Jun 20, 2014, 8:30 AM EST
Kurtis Larson isn’t being shy about a controversial topic, burying an entire continent worth of soccer in his new Toronto Sun column.
Claiming that the Confederation of African Football’s representatives performance early in this World Cup is endemic, Larson goes after them from Word One.
The claims begin with Yaya Toure’s infamous birthday acknowledgement problems at Manchester City, move on to Cameroon’s brief bonus-fueled boycott and slide into Alex Song’s red-card rage. In short, Larson says these awful examples show how an underperforming continent continues to disappoint.
Similarly, neighboring Nigeria was embroiled in an alleged match-fixing scam during an important pre-World Cup tuneup against Scotland, a game investigators red-flagged as one organized crime might have infiltrated.
Those accusations kicked up a notch when Austin Ejide appeared to throw the ball into his own goal midway through the first half that game.
This is a federation full of cry babies, selfishness and alleged cheats.
Strong words, but certainly ones that needed to be uttered now in order to remain safe. Cameroon has been eliminated but Ivory Coast is in still in strong position to advance (having only lost to a Colombia team that looks ready to roar). Nigeria’s sickly performance against Iran may lead to elimination but they could still up-end Bosnia and Herzegovina, while Ghana’s game effort against the U.S. belies consecutive knockout round performances. And Algeria was never expected to do much.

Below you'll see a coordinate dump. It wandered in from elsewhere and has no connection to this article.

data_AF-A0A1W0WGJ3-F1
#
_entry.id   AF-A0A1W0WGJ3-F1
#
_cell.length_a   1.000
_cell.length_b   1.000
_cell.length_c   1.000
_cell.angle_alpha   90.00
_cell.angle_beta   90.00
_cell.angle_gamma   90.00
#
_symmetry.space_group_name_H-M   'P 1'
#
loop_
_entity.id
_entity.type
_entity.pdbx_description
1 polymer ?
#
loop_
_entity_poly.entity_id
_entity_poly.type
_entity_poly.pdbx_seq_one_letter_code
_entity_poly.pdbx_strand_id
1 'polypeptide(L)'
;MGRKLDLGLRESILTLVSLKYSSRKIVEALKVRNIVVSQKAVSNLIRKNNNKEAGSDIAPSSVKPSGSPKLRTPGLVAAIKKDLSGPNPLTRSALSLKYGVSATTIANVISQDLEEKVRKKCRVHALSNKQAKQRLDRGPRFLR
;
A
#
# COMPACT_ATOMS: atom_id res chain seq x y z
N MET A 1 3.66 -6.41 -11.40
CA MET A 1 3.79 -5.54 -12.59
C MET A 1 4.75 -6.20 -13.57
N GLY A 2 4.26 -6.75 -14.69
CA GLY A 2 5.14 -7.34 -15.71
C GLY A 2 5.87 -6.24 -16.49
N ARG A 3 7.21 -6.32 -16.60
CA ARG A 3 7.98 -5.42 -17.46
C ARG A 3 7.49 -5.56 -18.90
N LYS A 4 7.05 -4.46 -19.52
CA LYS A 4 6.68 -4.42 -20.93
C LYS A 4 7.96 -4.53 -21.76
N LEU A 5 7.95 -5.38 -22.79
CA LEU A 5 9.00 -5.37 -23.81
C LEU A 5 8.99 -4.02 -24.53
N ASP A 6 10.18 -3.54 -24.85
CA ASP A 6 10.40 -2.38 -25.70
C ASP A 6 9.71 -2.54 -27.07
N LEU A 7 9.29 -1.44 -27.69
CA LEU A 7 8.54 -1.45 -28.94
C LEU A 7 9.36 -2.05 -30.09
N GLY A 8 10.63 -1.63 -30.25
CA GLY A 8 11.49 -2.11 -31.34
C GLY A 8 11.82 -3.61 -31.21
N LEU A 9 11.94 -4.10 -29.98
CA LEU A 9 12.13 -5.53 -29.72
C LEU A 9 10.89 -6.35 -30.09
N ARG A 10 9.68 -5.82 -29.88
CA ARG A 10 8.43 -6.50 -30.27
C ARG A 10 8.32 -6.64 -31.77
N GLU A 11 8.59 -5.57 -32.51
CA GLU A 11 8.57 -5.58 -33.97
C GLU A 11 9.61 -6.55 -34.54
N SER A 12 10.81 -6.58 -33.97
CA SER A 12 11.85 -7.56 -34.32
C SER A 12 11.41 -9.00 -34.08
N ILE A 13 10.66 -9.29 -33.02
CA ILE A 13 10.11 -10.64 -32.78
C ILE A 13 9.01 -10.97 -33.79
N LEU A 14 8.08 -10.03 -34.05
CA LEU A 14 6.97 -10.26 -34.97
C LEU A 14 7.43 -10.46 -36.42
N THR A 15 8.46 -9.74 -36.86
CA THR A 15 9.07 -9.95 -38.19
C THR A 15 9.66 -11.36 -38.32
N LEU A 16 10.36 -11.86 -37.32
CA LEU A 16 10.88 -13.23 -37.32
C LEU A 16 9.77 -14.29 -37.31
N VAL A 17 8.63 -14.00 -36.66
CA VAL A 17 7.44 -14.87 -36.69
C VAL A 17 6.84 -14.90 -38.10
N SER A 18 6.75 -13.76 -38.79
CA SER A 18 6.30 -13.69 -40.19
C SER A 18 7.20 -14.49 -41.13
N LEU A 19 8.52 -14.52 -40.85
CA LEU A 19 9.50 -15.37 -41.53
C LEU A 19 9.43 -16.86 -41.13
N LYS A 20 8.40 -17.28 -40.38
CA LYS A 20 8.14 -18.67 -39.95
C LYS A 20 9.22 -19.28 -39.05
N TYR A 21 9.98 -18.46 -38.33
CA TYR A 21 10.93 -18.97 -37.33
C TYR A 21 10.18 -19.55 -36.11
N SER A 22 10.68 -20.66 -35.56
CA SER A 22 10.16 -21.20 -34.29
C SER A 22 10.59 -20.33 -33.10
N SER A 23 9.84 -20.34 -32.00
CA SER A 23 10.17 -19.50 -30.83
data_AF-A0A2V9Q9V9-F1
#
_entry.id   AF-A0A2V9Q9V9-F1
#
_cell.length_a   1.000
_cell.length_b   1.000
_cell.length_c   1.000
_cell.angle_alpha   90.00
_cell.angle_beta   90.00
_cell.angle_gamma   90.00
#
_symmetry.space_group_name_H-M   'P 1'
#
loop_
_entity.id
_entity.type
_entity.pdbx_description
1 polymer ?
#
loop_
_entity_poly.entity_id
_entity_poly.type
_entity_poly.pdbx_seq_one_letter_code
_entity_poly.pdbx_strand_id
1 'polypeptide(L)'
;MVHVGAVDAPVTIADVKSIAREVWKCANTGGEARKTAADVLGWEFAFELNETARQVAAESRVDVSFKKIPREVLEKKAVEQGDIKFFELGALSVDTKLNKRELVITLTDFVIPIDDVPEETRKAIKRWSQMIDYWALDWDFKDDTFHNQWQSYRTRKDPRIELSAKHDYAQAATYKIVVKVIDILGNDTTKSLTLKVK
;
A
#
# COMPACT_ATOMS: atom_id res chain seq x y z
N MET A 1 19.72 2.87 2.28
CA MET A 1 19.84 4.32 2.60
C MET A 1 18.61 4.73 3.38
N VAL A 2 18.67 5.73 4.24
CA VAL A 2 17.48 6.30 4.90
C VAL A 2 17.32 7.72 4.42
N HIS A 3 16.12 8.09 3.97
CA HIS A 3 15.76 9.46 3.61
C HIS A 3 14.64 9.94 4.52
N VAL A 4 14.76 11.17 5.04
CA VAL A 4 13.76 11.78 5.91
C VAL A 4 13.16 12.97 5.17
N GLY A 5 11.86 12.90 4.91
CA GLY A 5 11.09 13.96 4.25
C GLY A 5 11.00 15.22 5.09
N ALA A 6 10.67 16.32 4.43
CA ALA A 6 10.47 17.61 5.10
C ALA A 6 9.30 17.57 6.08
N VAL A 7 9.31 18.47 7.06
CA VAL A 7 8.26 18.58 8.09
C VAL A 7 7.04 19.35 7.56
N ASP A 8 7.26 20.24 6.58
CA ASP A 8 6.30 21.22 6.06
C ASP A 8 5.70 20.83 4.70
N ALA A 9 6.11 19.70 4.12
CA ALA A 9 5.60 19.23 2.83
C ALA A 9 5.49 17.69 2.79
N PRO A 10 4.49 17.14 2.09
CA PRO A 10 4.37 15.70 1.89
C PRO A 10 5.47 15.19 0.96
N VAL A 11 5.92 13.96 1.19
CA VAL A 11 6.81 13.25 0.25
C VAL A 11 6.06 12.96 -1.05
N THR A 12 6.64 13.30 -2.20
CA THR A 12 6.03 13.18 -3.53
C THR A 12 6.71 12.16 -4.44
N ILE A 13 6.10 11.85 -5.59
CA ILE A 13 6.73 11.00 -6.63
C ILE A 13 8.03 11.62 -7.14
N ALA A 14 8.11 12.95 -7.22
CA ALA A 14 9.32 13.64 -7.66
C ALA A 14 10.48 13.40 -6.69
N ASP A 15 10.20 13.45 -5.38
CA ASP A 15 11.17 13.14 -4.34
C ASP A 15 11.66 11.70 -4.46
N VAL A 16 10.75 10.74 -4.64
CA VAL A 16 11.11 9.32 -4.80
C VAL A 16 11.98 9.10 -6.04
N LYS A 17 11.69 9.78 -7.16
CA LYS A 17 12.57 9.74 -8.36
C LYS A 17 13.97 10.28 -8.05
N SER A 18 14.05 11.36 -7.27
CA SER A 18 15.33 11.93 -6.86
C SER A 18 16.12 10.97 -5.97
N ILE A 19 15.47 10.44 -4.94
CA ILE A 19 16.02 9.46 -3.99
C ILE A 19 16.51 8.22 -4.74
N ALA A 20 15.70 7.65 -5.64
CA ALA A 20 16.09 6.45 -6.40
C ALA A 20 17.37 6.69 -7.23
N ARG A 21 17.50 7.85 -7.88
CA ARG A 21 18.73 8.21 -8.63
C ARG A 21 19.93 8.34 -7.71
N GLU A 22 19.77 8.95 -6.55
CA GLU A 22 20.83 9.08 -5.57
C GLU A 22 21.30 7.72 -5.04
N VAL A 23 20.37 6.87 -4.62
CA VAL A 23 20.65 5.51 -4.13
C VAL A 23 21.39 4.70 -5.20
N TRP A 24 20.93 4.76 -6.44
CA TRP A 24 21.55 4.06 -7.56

Not saying the corruption talk is silly; it isn’t. And the cited examples are certainly very poor representations of a continent that hasn’t always covered itself in glory… but which continent has? France simply quit in the 2010 tournament, Croatia has had a player suspended from the tournament for inciting Pro-Nazi chants, and England had its high-profile captain sleep a teammate’s wife. The anti-Europe column hasn’t appeared as Spain and England crash out, though.
CAF has put a team in the knockout rounds of each of the last six World Cups, and in the quarterfinals of 3 of 6 (Ghana in 2010, Senegal in 2002, Cameroon in 1990). And while this isn’t the most shining of accomplishments, it’s also far from consistent and horrific failure. And as explored in Ian Hawkey’s “Feet of the Chameleon”, African soccer has met plenty of unique obstacles in its development.
I don’t know Larson personally, and I’ve enjoyed following him on Twitter, so I can’t and won’t accuse him of click fodder. But this seems like a reach to me. Yes, CAF is crooked, like the majority of confederations. To pick out one seems a little forced.
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